The Greater New York Red Cross will receive 100 percent of the proceeds from door, bar, and coat check. Doors will open at 5pm and stay open till 5am. If you do come to my bar, order beers and simple drinks or else you’re going to have your own private little benefit. For the record, I entered the business as a bartender . How long ago??? Well, back in that day when you ordered vodka on the rocks and it came in a stone mug  poured over pebbles. And it wasn’t Grey Goose.; it was Grey Pterodactyl.

Oh and on another note. I’m going to a "sneak peek" preview of BOW, that much anticipated EMM Group entry at 199 Bowery, shared with FINALE. Travis Bass, ex-Madame Wong’s and Red Egg and recently Bottoms Up is doing the inviting. They say the place isn’t quite done and neither is Travis nor me for that matter so it might be fab. I’ve told you that I think this place might be a game changer and I’m anxious to see how right I am. Even if I’m only 10% right,  tonight, I anticipate much more as BOW is only part of a 20,000 square foot hospitality entry being unleashed by EMM at 199.  Travis always delivers. I heard that his off-again on-again incarnation Bottoms Up at the Tribeca Grand was often off-again because the hotel people didn’t much like the wear and tear Travis’ crowd inflicted on the furniture and decor. Now that sounds like my kind of party.

EMM Group’s FINALE Brings The Edge Back to NY Nightlife

FINALE, the long-awaited EMM Group entry at 199 Bowery on Manhattan’s Lower East Side, has finally opened – and it’s a game changer. This is a place created by a well-heeled, bottle sales-based group with creativity at its core. To those who pooh-pooh bottle service and blame it (and Rudy Giuliani) for all the terrible things that have ever happened to New York nightlife, I say pooh-pooh to you. Without bottle service, burgeoning rents, insurance, and salaries would have buried nightlife. The problem is that clubs banking for big bucks have catered to the bores with black cards, a scene that’s unbearable to the artistic set. FINALE embraces the downtown scene with performance types on staff, and bartenders and waiters dressed and ready to perform at the drop of a beat.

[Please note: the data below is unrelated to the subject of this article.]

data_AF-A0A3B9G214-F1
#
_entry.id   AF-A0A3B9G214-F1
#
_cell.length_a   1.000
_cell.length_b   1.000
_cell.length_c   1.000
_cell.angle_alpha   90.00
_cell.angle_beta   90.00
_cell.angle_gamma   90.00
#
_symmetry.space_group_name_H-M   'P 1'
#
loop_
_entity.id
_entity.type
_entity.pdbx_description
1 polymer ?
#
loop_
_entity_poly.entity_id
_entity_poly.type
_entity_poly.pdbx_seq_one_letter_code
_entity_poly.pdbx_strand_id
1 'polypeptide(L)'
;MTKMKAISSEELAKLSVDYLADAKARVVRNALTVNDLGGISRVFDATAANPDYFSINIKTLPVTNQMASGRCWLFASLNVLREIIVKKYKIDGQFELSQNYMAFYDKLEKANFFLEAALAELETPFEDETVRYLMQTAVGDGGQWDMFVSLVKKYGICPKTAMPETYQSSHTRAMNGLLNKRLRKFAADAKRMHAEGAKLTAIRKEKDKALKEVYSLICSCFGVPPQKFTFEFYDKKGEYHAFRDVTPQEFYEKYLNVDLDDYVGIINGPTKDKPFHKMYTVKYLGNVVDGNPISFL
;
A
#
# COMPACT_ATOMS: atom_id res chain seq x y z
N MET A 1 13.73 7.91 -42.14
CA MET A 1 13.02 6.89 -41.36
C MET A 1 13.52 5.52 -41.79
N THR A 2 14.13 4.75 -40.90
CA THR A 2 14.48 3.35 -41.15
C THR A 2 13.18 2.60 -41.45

For far too long, entertainment in major nightclubs has consisted of little more than a forced smile from a wannabe model rushing through the crowd holding a fiery stick while a DJ plays tracks the rich dudes and their lady friends love to hear over and over again. But FINALE offers the hope that, in an effort to set themselves apart from the pack, operators will once again employ creative types to define their brands.

Back in 2007, The Box thought outside the box with its Did-I-just-see-that? brand of entertainment. For some, it went too far, but The Box is still there, and Sleep No More and other nightlife fringe concepts are bringing in creatives and spenders in equal measure. Their devotion to pushing downtown artistic programming has been justly rewarded. FINALE offers an opportunity for the public to expect even more. If it continues its success, other operators will follow its lead, and maybe the suits and ties will no longer dictate club programming. From my experience, once you start traveling towards the edge, a great deal of the public becomes interested and wants more.

EMM provides balance as they balance their bottom line. The artful mixing of downtown with the swells has worked for eons and is working at FINALE now. Plus, having a management team that’s in tune with the times helps.

Some words from the founders:

“Nightlife in New York is a bit stale at the moment—nothing new or different has opened in several years,” says co-owner Mark Birnbaum. “Both the timing and the new Lower East Side location of FINALE are perfect to attract new customers who don’t go to the Meatpacking District or Chelsea to eat and party, while bringing many of our current clientele along with us.”

“Moving down to the Bowery puts us in a unique position,” adds partner Eugene Remm. “Just as Bungalow 8 emerged on West 27th Street, and Lotus took root in the Meatpacking, we hope to be the first to bring an entirely new concept to the area. With this project, we break away from our current mold and create something entirely new on all fronts, from our music format to the location itself and the ways in which we can creatively program the entire space.”

Whether the big spenders will continue to be comfortable heading that far downtown to experience an increasingly weird mix of entertainment—and whether the creative set will keep emerging from their Brooklyn lofts to lend artistic authenticity to the nightlife venue—is far from certain. But with success stories like Abe & Arthur’s, CATCH, SL, and Tenjune in their portfolio, EMM’s Birnbaum, Remm, and partner Michael Hirtenstein are just the men to turn the mix into magic.

Travis Bass Explains the Vision Behind Madame Wong’s

When the New York Times blew up Madame Wong’s, exposing it to hordes of weekend warriors, many snarky naysayers proclaimed that the end was inevitable. The already overwhelmed door model Vance Brooking, who faced the daunting task of trying to get so many round pegs into the square hole of the Chinese restaurant Jobee, was suddenly looking forward to an invasion. But cooler heads prevailed, and instead of cramming them in, the Wong crew tightened it up. The result has been stupendous with breathing, chatting, and socializing room galore.